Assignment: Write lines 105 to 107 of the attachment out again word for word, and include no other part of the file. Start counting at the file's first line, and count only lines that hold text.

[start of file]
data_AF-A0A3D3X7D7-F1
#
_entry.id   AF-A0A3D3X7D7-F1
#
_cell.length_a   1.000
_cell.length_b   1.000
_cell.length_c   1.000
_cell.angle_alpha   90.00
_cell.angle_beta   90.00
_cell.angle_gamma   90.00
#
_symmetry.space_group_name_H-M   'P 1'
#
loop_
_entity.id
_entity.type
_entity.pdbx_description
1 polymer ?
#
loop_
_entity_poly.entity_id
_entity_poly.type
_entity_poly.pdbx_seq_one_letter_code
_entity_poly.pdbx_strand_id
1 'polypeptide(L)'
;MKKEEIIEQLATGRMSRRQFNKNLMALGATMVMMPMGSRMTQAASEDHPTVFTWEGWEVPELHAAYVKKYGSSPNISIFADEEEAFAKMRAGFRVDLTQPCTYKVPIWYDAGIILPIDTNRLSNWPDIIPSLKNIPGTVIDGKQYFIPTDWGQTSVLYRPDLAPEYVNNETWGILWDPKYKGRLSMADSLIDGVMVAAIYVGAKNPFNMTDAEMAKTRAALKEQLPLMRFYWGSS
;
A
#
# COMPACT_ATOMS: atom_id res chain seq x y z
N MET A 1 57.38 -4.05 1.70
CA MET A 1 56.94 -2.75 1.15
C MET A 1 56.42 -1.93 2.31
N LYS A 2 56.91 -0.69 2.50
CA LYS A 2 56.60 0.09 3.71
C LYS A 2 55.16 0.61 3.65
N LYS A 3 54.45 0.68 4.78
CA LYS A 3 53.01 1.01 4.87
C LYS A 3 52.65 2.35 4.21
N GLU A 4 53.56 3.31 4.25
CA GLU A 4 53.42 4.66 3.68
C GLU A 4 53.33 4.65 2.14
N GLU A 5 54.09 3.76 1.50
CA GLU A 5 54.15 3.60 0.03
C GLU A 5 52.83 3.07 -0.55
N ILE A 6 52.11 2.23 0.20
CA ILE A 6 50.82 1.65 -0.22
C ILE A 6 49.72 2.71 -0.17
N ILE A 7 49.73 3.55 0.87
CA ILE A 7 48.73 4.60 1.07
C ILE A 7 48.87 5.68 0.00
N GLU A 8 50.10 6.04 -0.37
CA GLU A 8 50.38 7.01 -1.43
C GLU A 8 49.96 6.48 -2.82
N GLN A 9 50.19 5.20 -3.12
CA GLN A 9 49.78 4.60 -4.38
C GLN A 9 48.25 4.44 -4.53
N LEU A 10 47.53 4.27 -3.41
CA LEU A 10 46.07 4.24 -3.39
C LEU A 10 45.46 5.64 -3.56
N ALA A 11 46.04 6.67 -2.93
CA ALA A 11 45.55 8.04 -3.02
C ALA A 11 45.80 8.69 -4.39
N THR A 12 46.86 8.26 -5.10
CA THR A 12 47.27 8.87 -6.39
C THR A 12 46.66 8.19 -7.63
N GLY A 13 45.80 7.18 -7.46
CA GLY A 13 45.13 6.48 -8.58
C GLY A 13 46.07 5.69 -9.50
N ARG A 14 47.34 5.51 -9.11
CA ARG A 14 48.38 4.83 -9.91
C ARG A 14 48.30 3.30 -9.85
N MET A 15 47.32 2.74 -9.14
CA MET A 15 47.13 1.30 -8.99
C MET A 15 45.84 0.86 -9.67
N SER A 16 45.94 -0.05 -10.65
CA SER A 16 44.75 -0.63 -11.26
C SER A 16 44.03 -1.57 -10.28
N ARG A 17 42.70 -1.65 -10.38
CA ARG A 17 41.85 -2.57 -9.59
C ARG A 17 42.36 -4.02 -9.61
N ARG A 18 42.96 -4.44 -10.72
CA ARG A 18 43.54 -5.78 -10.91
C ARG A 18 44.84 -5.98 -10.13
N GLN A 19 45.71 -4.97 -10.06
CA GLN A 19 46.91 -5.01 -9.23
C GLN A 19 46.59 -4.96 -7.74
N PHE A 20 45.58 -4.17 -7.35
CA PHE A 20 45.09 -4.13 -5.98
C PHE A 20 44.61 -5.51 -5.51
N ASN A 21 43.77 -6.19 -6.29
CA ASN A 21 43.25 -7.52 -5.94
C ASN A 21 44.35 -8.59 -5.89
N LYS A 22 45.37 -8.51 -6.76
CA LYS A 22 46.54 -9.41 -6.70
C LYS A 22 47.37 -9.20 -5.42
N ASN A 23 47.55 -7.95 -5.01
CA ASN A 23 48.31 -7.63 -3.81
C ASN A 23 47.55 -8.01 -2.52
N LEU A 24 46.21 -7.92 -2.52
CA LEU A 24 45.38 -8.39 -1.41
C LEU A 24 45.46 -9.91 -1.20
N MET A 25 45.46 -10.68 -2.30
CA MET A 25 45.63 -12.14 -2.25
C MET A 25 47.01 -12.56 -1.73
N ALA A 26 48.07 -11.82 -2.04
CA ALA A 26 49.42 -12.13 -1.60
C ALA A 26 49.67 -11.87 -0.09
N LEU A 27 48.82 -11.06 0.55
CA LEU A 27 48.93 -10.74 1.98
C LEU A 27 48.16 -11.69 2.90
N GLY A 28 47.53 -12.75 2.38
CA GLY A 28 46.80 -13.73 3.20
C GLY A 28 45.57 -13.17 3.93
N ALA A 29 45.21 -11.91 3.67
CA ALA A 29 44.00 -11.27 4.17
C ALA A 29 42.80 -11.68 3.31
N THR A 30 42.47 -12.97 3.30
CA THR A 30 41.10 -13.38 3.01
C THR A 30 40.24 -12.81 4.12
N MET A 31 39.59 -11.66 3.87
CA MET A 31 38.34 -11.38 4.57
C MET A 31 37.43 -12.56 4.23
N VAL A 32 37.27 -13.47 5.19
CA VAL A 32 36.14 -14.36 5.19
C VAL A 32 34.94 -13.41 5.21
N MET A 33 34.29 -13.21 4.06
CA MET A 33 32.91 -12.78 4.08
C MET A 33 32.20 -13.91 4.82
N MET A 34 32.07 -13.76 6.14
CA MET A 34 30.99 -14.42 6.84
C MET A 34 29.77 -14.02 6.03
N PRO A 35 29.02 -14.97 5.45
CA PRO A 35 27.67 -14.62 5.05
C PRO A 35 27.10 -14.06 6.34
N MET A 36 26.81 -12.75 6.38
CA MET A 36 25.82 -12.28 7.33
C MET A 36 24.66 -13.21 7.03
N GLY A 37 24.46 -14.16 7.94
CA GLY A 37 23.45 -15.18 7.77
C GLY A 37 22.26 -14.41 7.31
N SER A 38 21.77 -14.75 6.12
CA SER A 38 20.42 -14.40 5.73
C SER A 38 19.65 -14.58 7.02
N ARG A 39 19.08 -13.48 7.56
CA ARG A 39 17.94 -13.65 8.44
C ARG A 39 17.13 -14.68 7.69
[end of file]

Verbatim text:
C MET A 25 47.01 -12.56 -1.73
N ALA A 26 48.07 -11.82 -2.04
CA ALA A 26 49.42 -12.13 -1.60